Yes, except that 1.01 is rather inaccurate. Anyway, don't bother about the arithmetic for now. What does momentum conservation allow you to deduce?
 
  • #17
haruspex said:
Yes, except that 1.01 is rather inaccurate. Anyway, don't bother about the arithmetic for now. What does momentum conservation allow you to deduce?
Well, since the momentum of the system is constant, so the sum of the both rockets momentum must be constant, right?
 
  • #18
Davidllerenav said:
Well, since the momentum of the system is constant, so the sum of the both rockets momentum must be constant, right?
The two rockets are in different systems. The untethered rocket, together with its exhaust gases, is an isolated system.
 
  • #19
haruspex said:
The two rockets are in different systems. The untethered rocket, together with its exhaust gases, is an isolated system.
Then the momentum of the gas should be the same as the momentum increase.
 
  • #20
Davidllerenav said:
Then the momentum of the gas should be the same as the momentum increase.
Right, and what do we know about the momentum of the gas from the other rocket?
 
  • #21
haruspex said:
Right, and what do we know about the momentum of the gas from the other rocket?
Well, since the rocket was at rest, the momentum of the system must be zero, so after the exhaust, the momentum of the gas must be the same as the momentum of.tje rocket but negative.
 
  • #22
Davidllerenav said:
Well, since the rocket was at rest, the momentum of the system must be zero, so after the exhaust, the momentum of the gas must be the same as the momentum of.tje rocket but negative.
Yes, but can you connect this with the momentum change of the first rocket?
 
  • #23
haruspex said:
Yes, but can you connect this with the momentum change of the first rocket?
Yes. Since both rockets connect their engines at the same time and thy exhaust the same mass of gas, then the change of momentum of the first rocket must be the same as the change of the rocket at rest, right?
 
  • #24
Davidllerenav said:
Yes. Since both rockets connect their engines at the same time and thy exhaust the same mass of gas, then the change of momentum of the first rocket must be the same as the change of the rocket at rest, right?
Yes.
 
  • #25
haruspex said:
Yes.
So, to calculate the momentum of the rocket at rest I just need to use the change in the velocity of the second rocket, which was ##1.01v_i##? ##P=mv_f=m(1.01v_i)##, and so the kinetic energy from the rocket at rest would be ##E_k=\frac{1}{2}m(1.01v_i)^2##. But why did you said that it is rather inaccurate?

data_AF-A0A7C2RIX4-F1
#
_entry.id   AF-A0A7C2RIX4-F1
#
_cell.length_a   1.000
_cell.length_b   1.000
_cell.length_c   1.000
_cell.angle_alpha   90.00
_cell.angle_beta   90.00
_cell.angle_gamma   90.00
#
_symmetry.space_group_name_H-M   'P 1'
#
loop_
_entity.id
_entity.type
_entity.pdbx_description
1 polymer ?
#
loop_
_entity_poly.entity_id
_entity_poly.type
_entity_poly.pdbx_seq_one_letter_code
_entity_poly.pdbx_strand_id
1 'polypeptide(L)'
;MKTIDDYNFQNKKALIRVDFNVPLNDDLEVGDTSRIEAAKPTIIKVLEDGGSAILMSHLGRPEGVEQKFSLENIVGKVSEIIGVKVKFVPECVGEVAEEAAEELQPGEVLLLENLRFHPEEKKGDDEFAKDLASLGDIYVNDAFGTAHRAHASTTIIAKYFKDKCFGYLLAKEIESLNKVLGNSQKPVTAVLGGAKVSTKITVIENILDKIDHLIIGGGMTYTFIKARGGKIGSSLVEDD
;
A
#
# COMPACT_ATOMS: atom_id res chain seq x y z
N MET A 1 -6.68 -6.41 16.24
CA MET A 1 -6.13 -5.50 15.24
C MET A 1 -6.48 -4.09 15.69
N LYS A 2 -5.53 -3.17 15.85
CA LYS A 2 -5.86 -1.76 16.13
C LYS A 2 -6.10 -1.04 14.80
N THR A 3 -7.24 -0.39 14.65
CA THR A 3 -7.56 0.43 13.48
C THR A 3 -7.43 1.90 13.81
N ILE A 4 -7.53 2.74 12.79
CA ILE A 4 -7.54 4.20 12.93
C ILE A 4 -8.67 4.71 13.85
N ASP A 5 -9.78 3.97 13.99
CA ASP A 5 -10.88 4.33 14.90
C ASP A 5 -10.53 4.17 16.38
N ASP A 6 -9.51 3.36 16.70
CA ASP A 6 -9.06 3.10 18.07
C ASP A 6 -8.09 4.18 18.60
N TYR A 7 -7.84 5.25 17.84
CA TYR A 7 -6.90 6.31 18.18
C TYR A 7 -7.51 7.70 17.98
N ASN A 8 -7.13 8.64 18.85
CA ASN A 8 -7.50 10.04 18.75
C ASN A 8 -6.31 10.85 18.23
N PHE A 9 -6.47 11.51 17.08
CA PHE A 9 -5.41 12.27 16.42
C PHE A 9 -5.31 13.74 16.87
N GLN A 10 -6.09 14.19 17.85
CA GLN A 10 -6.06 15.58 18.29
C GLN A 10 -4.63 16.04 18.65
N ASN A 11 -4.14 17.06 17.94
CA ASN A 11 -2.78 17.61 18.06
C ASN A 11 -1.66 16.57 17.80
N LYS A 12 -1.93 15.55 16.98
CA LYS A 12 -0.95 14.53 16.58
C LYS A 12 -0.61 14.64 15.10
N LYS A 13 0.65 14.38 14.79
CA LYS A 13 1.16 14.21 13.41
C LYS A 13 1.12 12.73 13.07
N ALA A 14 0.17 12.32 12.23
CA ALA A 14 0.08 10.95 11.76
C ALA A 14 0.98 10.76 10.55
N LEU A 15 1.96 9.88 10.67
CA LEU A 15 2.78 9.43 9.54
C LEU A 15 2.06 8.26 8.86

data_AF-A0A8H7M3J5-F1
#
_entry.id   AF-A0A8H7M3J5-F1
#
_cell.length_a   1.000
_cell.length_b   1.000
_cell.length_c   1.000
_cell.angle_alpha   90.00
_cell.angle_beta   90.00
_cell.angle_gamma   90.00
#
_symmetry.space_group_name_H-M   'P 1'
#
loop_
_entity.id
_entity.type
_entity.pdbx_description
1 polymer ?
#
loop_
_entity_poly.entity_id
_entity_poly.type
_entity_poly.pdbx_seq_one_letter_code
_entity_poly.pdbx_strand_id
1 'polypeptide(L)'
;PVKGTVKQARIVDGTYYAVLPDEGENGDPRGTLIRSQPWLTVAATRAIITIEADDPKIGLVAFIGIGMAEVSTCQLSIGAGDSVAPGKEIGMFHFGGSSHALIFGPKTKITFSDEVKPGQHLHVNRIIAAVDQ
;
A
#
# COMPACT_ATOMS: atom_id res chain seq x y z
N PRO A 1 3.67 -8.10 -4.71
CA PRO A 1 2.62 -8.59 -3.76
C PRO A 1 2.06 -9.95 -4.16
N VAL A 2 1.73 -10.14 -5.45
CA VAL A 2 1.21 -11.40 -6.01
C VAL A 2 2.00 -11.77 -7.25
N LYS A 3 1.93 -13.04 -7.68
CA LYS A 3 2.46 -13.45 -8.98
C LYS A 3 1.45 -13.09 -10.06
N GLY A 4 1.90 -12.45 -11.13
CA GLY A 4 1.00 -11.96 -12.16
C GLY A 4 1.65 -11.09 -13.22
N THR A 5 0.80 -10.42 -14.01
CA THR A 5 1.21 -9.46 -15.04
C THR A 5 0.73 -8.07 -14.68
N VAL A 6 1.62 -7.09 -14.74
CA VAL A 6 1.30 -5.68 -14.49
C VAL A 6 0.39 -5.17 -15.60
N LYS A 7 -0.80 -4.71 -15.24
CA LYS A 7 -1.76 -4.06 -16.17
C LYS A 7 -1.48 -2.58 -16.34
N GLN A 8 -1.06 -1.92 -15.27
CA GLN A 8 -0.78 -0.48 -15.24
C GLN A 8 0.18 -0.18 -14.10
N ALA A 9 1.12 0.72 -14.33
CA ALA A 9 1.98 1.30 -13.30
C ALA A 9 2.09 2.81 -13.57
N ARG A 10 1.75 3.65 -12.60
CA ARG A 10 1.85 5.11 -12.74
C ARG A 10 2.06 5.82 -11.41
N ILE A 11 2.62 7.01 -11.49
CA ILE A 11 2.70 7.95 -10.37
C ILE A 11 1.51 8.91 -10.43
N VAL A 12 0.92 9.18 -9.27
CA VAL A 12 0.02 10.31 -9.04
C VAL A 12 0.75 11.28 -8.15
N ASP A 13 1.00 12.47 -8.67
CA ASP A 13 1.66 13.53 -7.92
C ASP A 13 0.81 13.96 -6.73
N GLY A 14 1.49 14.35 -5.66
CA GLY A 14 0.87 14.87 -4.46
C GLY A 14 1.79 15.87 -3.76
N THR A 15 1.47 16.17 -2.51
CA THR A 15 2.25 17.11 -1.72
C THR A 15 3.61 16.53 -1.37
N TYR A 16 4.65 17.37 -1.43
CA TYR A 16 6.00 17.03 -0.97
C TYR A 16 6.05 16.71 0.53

• #26
Davidllerenav said:
the change in the velocity of the second rocket, which was ##1.01v_i##?
That is not the change in velocity.
Davidllerenav said:
why did you said that it is rather inaccurate?
What is √1.04?
 
  • #27
haruspex said:
That is not the change in velocity.
It is the new velocity. So what velocity should I use?
haruspex said:
What is √1.04?
It is ##1.0198...##.
 
  • #28
Davidllerenav said:
It is the new velocity.
Right, so what is the change in velocity?
Davidllerenav said:
It is 1.0198...
So what would be the right way to express that to two decimal places?
 
Last edited:
  • #29
haruspex said:
Right, so what is the change in velocity?
it would be ##\Delta v= v_f-v_0## so the change would be ##\Delta v= 1.012v_0-v_0=0.012v_0##, right?

haruspex said:
Right, so what is the change in velocity?

So what would be the right way to express that to two decimal places?
1.012?
 
Last edited:
  • #30
Davidllerenav said:
it would be ##\Delta v= v_f-v_0## so the change would be ##\Delta v= 1.012v_0-v_0=0.12v_0##, right?1.012?
No, 1.0198 would not be abbreviated to 1.012; and even if it were, subtracting 1 does not yield 0.12.
 
  • #31
haruspex said:
No, 1.0198 would not be abbreviated to 1.012.
Then what would it be?
haruspex said:
and even if it were, subtracting 1 does not yield 0.12.
Yes sorry, I meant 0.012.
 
  • #32
Davidllerenav said:
Then what would it be?
You will kick yourself when you realize the error you are making.
Repeatedly increment the final nonzero digit of 1.0198 until there are only two decimal places.
 
  • #33
haruspex said:
Repeatedly increment the final nonzero digit of 1.0198 until there are only two decimal places.
Oh, I think I see it know, woudl it be 1.02?
 
  • #34
Davidllerenav said:
Oh, I think I see it know, woudl it be 1.02?
Yes.
 
  • #35
haruspex said:
Yes.
So ##\Delta v=0.02## and the kinetic energy of the second rocket, the one that was at rest is ##E_k=m\Delta v^2= m(0.02)^2v_0^2##? Is t right?